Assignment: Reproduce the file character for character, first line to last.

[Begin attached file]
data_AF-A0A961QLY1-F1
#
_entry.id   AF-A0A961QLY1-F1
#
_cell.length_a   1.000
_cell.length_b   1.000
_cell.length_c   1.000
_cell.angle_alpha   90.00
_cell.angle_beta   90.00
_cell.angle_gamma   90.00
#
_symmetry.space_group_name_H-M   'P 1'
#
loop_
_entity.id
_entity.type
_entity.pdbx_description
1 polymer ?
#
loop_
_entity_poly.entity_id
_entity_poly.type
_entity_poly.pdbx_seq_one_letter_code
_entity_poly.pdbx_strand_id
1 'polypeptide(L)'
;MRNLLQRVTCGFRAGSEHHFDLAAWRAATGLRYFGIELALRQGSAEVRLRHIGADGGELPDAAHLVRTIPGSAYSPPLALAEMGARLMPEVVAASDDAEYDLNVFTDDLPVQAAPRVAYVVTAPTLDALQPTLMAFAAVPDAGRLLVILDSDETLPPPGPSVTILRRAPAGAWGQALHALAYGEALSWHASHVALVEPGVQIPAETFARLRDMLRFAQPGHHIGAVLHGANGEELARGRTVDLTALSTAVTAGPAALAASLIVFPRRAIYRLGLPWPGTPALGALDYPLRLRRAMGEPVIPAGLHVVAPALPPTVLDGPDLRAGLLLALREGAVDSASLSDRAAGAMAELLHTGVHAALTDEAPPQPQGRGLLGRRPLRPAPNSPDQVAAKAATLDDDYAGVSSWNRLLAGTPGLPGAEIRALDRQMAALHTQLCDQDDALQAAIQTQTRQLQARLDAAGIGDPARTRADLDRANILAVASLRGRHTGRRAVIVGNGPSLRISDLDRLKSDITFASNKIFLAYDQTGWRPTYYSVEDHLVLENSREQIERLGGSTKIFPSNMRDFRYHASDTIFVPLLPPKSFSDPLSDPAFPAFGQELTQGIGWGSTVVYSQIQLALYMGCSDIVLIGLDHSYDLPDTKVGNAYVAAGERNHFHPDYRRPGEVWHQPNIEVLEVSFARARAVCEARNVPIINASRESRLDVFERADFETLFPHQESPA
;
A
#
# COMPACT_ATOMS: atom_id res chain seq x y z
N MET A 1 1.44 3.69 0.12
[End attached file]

data_AF-A0A961QLY1-F1
#
_entry.id   AF-A0A961QLY1-F1
#
_cell.length_a   1.000
_cell.length_b   1.000
_cell.length_c   1.000
_cell.angle_alpha   90.00
_cell.angle_beta   90.00
_cell.angle_gamma   90.00
#
_symmetry.space_group_name_H-M   'P 1'
#
loop_
_entity.id
_entity.type
_entity.pdbx_description
1 polymer ?
#
loop_
_entity_poly.entity_id
_entity_poly.type
_entity_poly.pdbx_seq_one_letter_code
_entity_poly.pdbx_strand_id
1 'polypeptide(L)'
;MRNLLQRVTCGFRAGSEHHFDLAAWRAATGLRYFGIELALRQGSAEVRLRHIGADGGELPDAAHLVRTIPGSAYSPPLALAEMGARLMPEVVAASDDAEYDLNVFTDDLPVQAAPRVAYVVTAPTLDALQPTLMAFAAVPDAGRLLVILDSDETLPPPGPSVTILRRAPAGAWGQALHALAYGEALSWHASHVALVEPGVQIPAETFARLRDMLRFAQPGHHIGAVLHGANGEELARGRTVDLTALSTAVTAGPAALAASLIVFPRRAIYRLGLPWPGTPALGALDYPLRLRRAMGEPVIPAGLHVVAPALPPTVLDGPDLRAGLLLALREGAVDSASLSDRAAGAMAELLHTGVHAALTDEAPPQPQGRGLLGRRPLRPAPNSPDQVAAKAATLDDDYAGVSSWNRLLAGTPGLPGAEIRALDRQMAALHTQLCDQDDALQAAIQTQTRQLQARLDAAGIGDPARTRADLDRANILAVASLRGRHTGRRAVIVGNGPSLRISDLDRLKSDITFASNKIFLAYDQTGWRPTYYSVEDHLVLENSREQIERLGGSTKIFPSNMRDFRYHASDTIFVPLLPPKSFSDPLSDPAFPAFGQELTQGIGWGSTVVYSQIQLALYMGCSDIVLIGLDHSYDLPDTKVGNAYVAAGERNHFHPDYRRPGEVWHQPNIEVLEVSFARARAVCEARNVPIINASRESRLDVFERADFETLFPHQESPA
;
A
#
# COMPACT_ATOMS: atom_id res chain seq x y z
N MET A 1 1.44 3.69 0.12